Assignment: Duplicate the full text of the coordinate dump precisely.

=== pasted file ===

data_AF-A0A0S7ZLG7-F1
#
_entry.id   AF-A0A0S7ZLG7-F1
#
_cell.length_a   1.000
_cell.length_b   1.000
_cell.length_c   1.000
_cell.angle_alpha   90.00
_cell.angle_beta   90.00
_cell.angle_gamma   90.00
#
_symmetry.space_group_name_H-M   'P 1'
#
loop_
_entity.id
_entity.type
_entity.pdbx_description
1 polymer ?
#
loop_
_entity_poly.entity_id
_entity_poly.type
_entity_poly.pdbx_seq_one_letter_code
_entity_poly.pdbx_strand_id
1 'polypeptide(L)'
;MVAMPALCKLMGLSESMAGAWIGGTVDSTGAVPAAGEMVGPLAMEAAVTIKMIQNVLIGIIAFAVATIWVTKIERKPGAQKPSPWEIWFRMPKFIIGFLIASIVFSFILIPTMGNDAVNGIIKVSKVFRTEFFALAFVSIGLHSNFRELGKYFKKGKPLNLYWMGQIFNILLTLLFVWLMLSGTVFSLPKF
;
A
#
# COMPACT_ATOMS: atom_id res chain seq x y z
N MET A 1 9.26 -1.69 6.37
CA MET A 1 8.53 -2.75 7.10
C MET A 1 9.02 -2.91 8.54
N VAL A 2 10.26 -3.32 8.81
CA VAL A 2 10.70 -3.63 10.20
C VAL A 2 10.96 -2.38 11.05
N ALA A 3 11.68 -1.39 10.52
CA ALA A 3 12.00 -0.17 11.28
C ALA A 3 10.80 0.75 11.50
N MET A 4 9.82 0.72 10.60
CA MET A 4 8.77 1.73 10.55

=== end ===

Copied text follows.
data_AF-A0A0S7ZLG7-F1
#
_entry.id   AF-A0A0S7ZLG7-F1
#
_cell.length_a   1.000
_cell.length_b   1.000
_cell.length_c   1.000
_cell.angle_alpha   90.00
_cell.angle_beta   90.00
_cell.angle_gamma   90.00
#
_symmetry.space_group_name_H-M   'P 1'
#
loop_
_entity.id
_entity.type
_entity.pdbx_description
1 polymer ?
#
loop_
_entity_poly.entity_id
_entity_poly.type
_entity_poly.pdbx_seq_one_letter_code
_entity_poly.pdbx_strand_id
1 'polypeptide(L)'
;MVAMPALCKLMGLSESMAGAWIGGTVDSTGAVPAAGEMVGPLAMEAAVTIKMIQNVLIGIIAFAVATIWVTKIERKPGAQKPSPWEIWFRMPKFIIGFLIASIVFSFILIPTMGNDAVNGIIKVSKVFRTEFFALAFVSIGLHSNFRELGKYFKKGKPLNLYWMGQIFNILLTLLFVWLMLSGTVFSLPKF
;
A
#
# COMPACT_ATOMS: atom_id res chain seq x y z
N MET A 1 9.26 -1.69 6.37
CA MET A 1 8.53 -2.75 7.10
C MET A 1 9.02 -2.91 8.54
N VAL A 2 10.26 -3.32 8.81
CA VAL A 2 10.70 -3.63 10.20
C VAL A 2 10.96 -2.38 11.05
N ALA A 3 11.68 -1.39 10.52
CA ALA A 3 12.00 -0.17 11.28
C ALA A 3 10.80 0.75 11.50
N MET A 4 9.82 0.72 10.60
CA MET A 4 8.77 1.73 10.55